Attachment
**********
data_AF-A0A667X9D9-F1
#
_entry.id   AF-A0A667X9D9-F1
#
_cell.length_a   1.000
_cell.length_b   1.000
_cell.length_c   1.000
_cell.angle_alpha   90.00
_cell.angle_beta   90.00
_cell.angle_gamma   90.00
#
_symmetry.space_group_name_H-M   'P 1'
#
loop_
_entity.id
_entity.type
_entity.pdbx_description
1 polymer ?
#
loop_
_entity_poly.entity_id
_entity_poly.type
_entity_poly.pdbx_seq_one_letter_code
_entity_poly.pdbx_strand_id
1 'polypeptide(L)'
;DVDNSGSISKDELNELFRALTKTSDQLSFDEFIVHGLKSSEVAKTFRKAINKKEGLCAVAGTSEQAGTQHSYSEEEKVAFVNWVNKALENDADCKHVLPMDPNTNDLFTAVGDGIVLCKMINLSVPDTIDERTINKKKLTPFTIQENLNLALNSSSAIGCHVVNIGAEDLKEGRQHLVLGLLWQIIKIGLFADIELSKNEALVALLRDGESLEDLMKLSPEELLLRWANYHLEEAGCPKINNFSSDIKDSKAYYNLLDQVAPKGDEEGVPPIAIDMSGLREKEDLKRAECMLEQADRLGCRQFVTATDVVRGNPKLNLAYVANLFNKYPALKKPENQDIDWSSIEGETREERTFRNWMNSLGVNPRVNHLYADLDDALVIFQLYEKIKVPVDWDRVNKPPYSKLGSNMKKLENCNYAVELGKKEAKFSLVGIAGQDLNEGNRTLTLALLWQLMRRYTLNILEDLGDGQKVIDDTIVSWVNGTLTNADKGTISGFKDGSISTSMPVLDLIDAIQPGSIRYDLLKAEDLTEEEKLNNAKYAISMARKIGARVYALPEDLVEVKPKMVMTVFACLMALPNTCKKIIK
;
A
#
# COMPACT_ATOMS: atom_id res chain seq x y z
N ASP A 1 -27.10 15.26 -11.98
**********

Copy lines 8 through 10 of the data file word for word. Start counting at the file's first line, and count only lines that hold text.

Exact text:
_cell.angle_alpha   90.00
_cell.angle_beta   90.00
_cell.angle_gamma   90.00